El Paso County Commissioners Court plans to hold a public meeting Saturday morning in hopes of convincing Downtown property owners that a proposed National Register Historic District would benefit their properties and Downtown.
County officials have been scrambling to save the proposed 144-acre district with 262 buildings since late January after dozens of property owners notified the Texas Historical Commission that they oppose the designation.
The county has several weeks to try to turn the opposition tide before the mid-April deadline for Mark Wolfe, Texas Historical Commission executive director, to submit the district to the National Park Service for listing on the National Register of Historic Places.
The listing can’t occur if more than half of private property owners in the district oppose it. The county has been working years on forming the district.
The city of El Paso, the El Paso Chamber of Commerce, and the Downtown Management District have been against the district because it includes the Union Plaza neighborhood known as Duranguito, where the city plans to put a multipurpose arena.
The National Register listing would allow property owners to tap into federal and state tax incentives for building renovations and also put Downtown El Paso on the heritage tourism map, county officials and other proponents of the district have said.
The county mailed letters to Downtown property owners in early February explaining the benefits of the proposed district and encouraged those who had filed a notice of opposition with the Texas Historical Commission to withdraw the opposition through a notarized letter to the state agency.
Two lawyers in the Kemp Smith law firm have been leading an effort to have Downtown property owners oppose the district, in large part, because of concerns that a city ordinance would require property owners within the proposed district to adhere to certain requirements for modifying or demolishing a building on the National Register of Historic Places.
Several of Downtown’s most prominent owners are among the opposition, including billionaire Paul Foster, who owns 25 properties in the district, and has renovated two of Downtown’s historic gems.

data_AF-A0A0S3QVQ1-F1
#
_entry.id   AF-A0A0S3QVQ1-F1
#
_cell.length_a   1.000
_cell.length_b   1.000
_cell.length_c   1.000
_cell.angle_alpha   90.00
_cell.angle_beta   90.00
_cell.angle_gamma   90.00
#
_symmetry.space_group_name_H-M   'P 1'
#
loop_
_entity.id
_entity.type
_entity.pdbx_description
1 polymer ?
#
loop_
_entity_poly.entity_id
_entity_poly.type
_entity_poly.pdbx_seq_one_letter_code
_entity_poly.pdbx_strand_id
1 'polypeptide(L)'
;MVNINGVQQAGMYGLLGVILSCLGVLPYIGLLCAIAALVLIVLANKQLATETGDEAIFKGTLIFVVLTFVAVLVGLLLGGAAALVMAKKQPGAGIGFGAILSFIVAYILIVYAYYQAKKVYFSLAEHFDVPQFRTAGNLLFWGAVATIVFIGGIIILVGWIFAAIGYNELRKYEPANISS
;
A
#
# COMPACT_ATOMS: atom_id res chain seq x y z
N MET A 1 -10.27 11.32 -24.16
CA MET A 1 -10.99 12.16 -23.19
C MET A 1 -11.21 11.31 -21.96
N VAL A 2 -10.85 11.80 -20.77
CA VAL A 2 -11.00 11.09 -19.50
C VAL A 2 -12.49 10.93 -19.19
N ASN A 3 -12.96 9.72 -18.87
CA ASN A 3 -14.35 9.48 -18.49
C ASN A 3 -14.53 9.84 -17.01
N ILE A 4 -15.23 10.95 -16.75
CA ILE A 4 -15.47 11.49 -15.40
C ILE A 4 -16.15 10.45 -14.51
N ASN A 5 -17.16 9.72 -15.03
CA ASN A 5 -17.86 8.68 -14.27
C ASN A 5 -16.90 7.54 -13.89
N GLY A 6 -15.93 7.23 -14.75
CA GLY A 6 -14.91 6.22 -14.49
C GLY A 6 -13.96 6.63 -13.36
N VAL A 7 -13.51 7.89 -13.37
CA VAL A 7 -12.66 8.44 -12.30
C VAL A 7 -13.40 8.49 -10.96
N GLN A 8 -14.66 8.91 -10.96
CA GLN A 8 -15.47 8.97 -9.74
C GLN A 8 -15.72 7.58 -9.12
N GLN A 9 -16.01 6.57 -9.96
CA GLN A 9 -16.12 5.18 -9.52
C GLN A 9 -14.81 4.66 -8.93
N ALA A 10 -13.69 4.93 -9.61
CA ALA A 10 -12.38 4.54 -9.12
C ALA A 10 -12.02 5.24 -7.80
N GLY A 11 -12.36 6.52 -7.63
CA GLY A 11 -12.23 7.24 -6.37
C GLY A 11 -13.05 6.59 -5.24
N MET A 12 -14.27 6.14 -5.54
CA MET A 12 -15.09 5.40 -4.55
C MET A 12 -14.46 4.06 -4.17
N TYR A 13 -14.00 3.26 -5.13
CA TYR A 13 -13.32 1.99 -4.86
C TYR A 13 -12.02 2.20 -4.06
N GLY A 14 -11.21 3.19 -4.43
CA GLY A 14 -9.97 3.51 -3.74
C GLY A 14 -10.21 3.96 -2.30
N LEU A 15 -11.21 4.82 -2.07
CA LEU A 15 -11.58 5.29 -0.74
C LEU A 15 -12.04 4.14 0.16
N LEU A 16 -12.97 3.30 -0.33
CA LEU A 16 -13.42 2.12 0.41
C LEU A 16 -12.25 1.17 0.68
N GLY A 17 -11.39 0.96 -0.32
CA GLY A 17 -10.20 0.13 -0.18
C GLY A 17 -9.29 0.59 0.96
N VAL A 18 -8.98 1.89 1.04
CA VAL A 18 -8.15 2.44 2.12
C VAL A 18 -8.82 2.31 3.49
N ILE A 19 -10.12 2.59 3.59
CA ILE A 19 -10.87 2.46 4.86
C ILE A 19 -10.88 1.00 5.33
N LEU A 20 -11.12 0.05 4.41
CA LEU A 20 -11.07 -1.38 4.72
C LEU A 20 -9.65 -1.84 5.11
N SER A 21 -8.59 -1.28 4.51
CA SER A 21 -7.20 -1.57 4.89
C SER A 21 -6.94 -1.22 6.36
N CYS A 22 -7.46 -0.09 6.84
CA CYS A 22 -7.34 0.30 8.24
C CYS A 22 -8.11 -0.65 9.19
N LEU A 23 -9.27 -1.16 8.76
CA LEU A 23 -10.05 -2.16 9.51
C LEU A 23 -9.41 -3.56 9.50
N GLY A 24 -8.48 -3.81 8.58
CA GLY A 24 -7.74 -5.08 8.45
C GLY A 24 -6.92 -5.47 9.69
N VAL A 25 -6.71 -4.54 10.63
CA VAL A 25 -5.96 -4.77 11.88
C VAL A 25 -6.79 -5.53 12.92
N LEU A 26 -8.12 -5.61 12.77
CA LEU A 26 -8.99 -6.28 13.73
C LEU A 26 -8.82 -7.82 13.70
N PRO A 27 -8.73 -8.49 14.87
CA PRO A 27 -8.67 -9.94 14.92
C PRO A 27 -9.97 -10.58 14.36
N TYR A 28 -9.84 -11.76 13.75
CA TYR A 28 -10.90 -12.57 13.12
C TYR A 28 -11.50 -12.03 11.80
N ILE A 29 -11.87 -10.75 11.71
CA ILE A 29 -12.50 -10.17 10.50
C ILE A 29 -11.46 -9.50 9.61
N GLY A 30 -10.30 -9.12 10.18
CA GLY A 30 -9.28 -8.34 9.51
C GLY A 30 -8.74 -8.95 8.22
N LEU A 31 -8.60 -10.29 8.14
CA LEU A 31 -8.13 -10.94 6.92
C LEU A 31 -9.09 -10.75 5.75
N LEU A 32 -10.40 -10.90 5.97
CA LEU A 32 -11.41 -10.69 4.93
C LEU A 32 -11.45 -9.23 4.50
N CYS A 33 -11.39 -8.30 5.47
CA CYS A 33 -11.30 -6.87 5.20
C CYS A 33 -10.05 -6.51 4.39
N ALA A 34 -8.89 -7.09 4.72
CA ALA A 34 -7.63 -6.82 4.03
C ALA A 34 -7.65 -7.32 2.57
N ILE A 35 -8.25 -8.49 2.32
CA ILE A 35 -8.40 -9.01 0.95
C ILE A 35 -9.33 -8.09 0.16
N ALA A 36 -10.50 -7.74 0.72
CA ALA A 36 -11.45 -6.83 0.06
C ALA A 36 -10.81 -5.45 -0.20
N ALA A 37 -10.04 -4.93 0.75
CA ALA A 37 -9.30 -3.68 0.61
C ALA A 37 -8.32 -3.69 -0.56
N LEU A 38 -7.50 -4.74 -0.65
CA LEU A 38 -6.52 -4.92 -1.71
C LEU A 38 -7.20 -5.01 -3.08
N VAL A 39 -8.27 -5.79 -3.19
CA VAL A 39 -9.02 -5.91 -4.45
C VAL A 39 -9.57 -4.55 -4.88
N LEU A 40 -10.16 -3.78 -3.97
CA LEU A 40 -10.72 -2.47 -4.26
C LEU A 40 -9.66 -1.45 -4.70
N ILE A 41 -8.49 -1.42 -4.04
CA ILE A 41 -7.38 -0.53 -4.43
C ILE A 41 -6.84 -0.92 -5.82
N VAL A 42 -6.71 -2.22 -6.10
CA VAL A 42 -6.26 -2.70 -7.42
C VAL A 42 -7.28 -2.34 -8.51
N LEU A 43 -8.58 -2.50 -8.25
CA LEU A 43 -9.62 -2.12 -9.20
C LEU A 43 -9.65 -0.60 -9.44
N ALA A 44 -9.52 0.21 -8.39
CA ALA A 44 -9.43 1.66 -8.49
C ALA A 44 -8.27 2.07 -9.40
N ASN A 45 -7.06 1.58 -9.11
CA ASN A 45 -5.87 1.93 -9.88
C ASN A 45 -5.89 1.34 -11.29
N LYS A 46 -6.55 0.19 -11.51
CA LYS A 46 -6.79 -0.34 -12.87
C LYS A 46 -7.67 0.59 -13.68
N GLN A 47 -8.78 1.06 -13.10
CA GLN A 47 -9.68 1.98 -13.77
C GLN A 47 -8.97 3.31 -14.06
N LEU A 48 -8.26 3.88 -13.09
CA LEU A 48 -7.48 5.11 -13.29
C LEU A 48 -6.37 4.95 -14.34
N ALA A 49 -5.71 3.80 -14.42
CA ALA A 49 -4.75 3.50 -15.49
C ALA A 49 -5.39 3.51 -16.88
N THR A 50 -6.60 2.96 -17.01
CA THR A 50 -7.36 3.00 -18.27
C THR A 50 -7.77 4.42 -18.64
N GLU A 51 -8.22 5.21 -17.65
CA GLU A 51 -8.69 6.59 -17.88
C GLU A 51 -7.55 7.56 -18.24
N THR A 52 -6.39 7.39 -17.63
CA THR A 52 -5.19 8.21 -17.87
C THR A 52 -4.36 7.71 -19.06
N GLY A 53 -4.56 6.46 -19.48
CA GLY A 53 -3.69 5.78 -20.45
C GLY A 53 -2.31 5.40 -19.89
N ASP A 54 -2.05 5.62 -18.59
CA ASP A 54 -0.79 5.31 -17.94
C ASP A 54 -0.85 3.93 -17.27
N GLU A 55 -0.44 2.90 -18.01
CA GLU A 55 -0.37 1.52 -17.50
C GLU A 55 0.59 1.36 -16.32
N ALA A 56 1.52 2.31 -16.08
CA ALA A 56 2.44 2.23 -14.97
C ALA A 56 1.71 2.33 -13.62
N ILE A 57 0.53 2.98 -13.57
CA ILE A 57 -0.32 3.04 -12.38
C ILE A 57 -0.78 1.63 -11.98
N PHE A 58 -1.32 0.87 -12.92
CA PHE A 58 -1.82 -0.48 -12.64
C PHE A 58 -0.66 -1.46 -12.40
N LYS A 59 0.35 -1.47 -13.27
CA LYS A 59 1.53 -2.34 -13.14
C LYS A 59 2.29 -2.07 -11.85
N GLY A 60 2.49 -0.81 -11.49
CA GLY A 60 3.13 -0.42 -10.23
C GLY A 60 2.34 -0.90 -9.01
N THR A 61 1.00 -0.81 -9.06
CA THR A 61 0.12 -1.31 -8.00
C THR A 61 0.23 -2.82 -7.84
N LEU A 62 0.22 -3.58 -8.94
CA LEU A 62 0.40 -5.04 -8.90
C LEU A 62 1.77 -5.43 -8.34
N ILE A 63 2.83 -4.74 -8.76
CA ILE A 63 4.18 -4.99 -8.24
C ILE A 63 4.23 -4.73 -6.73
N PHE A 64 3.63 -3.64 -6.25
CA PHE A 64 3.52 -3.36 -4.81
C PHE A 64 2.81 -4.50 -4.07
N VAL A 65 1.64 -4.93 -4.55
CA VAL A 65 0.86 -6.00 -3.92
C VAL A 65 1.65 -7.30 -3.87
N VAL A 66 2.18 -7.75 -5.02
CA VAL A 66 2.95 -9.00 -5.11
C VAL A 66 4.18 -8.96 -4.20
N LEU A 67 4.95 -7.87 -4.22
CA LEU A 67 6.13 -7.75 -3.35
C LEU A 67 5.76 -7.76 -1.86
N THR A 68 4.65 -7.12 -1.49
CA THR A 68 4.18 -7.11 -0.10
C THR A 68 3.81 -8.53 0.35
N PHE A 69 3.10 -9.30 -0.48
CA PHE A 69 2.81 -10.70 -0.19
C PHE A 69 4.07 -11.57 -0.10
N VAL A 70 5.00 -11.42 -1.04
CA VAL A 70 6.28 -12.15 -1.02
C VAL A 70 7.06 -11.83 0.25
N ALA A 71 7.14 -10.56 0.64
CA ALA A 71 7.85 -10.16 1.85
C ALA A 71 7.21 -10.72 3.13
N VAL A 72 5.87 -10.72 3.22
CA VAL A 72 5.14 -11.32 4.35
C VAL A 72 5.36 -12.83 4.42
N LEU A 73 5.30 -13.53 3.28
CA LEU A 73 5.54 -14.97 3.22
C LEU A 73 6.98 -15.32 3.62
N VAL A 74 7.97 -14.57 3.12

The city has begun the long process of possibly revising the ordinance that’s fueled the opposition.
Also, Russell Abeln, assistant city attorney, told El Paso City Council members at a council meeting last week that the ordinance only gives the city special authority over buildings with a National Register designation if that building also is in a city-designated historic district. A small portion of Downtown is part of the city Downtown Historic District, which is different from the proposed larger National Register district.
In a Feb. 17 letter to Downtown property owners, Kemp Smith attorneys Mark Osborn and Gene Wolf asserted that county officials provided “misleading” information in its recent letter to property owners.
In the letter, the lawyers wrote that it appears “the County has not been transparent regarding the proposed historic district and very possibly the County, or some of its elected officials, have been intentionally misleading people about the hidden purposes behind the effort to create the historic district.”
One of the hidden purposes, the lawyers asserted, is to get the proposed city arena footprint in the district, which, they argued, could provide a mechanism to wrest city control from city-owned buildings in the Duranguito neighborhood.
The letter also was published as an advertisement in El Paso Inc., a weekly business newspaper.
County Judge Ricardo Samaniego, in a Feb. 24 letter to the Kemp Smith attorneys, wrote, “Reasonable minds may differ on the wisdom of a historic district, but it is not reasonable to ascribe malicious intent to public servants who are trying to act in the best interest of the County.”
He invited them to Saturday’s meeting, along “with your clients so that you may publicly share your views for the County’s consideration.”
The county’s purpose in forming the historic district is “to recognize and celebrate the historical and cultural significance” of Downtown and help “ensure economic prosperity and historic preservation,” Samaniego wrote.
The meeting begins at 10 a.m., in the Commissioners Court meeting room in the County Courthouse at 500 E. San Antonio St. The meeting will be available online through the county’s YouTube channel or through a Teams meeting link, (downtown.epcounty.com). People can call in questions at 888-835-7276 during the public comment portion of the meeting. Also, up to 25 people will be allowed to go to the meeting in person, said Jose Landeros, director of the county Planning and Development Department.